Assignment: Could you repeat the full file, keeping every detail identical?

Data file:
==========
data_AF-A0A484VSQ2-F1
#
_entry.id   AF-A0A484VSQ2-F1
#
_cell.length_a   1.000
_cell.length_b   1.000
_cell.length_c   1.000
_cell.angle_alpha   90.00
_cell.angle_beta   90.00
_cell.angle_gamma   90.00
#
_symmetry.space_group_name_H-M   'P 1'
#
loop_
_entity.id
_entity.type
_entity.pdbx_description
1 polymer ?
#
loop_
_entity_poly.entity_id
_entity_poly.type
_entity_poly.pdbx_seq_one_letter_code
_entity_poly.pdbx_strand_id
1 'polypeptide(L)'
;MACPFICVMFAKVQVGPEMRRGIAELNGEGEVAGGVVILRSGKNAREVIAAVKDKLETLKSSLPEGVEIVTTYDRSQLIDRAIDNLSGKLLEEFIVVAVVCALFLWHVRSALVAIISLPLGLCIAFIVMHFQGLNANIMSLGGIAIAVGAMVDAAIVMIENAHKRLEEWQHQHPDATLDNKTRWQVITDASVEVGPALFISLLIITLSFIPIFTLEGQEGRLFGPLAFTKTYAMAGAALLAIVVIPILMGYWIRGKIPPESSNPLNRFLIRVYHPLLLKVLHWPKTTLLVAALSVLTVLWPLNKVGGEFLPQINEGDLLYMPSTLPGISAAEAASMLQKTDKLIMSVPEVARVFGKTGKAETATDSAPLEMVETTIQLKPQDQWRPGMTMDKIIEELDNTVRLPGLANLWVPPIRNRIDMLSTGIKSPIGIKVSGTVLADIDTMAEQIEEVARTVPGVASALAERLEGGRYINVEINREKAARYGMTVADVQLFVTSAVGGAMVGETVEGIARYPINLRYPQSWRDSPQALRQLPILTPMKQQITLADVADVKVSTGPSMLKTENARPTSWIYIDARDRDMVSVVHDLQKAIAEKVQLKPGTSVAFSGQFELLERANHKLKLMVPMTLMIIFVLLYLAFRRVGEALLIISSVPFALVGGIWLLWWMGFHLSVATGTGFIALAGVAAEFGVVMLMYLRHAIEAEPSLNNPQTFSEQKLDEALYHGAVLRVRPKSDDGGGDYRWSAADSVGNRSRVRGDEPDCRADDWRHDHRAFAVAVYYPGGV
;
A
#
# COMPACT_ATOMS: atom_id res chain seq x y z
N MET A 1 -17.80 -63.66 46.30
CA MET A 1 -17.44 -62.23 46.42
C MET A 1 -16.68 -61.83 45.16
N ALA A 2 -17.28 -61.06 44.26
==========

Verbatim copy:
data_AF-A0A484VSQ2-F1
#
_entry.id   AF-A0A484VSQ2-F1
#
_cell.length_a   1.000
_cell.length_b   1.000
_cell.length_c   1.000
_cell.angle_alpha   90.00
_cell.angle_beta   90.00
_cell.angle_gamma   90.00
#
_symmetry.space_group_name_H-M   'P 1'
#
loop_
_entity.id
_entity.type
_entity.pdbx_description
1 polymer ?
#
loop_
_entity_poly.entity_id
_entity_poly.type
_entity_poly.pdbx_seq_one_letter_code
_entity_poly.pdbx_strand_id
1 'polypeptide(L)'
;MACPFICVMFAKVQVGPEMRRGIAELNGEGEVAGGVVILRSGKNAREVIAAVKDKLETLKSSLPEGVEIVTTYDRSQLIDRAIDNLSGKLLEEFIVVAVVCALFLWHVRSALVAIISLPLGLCIAFIVMHFQGLNANIMSLGGIAIAVGAMVDAAIVMIENAHKRLEEWQHQHPDATLDNKTRWQVITDASVEVGPALFISLLIITLSFIPIFTLEGQEGRLFGPLAFTKTYAMAGAALLAIVVIPILMGYWIRGKIPPESSNPLNRFLIRVYHPLLLKVLHWPKTTLLVAALSVLTVLWPLNKVGGEFLPQINEGDLLYMPSTLPGISAAEAASMLQKTDKLIMSVPEVARVFGKTGKAETATDSAPLEMVETTIQLKPQDQWRPGMTMDKIIEELDNTVRLPGLANLWVPPIRNRIDMLSTGIKSPIGIKVSGTVLADIDTMAEQIEEVARTVPGVASALAERLEGGRYINVEINREKAARYGMTVADVQLFVTSAVGGAMVGETVEGIARYPINLRYPQSWRDSPQALRQLPILTPMKQQITLADVADVKVSTGPSMLKTENARPTSWIYIDARDRDMVSVVHDLQKAIAEKVQLKPGTSVAFSGQFELLERANHKLKLMVPMTLMIIFVLLYLAFRRVGEALLIISSVPFALVGGIWLLWWMGFHLSVATGTGFIALAGVAAEFGVVMLMYLRHAIEAEPSLNNPQTFSEQKLDEALYHGAVLRVRPKSDDGGGDYRWSAADSVGNRSRVRGDEPDCRADDWRHDHRAFAVAVYYPGGV
;
A
#
# COMPACT_ATOMS: atom_id res chain seq x y z
N MET A 1 -17.80 -63.66 46.30
CA MET A 1 -17.44 -62.23 46.42
C MET A 1 -16.68 -61.83 45.16
N ALA A 2 -17.28 -61.06 44.26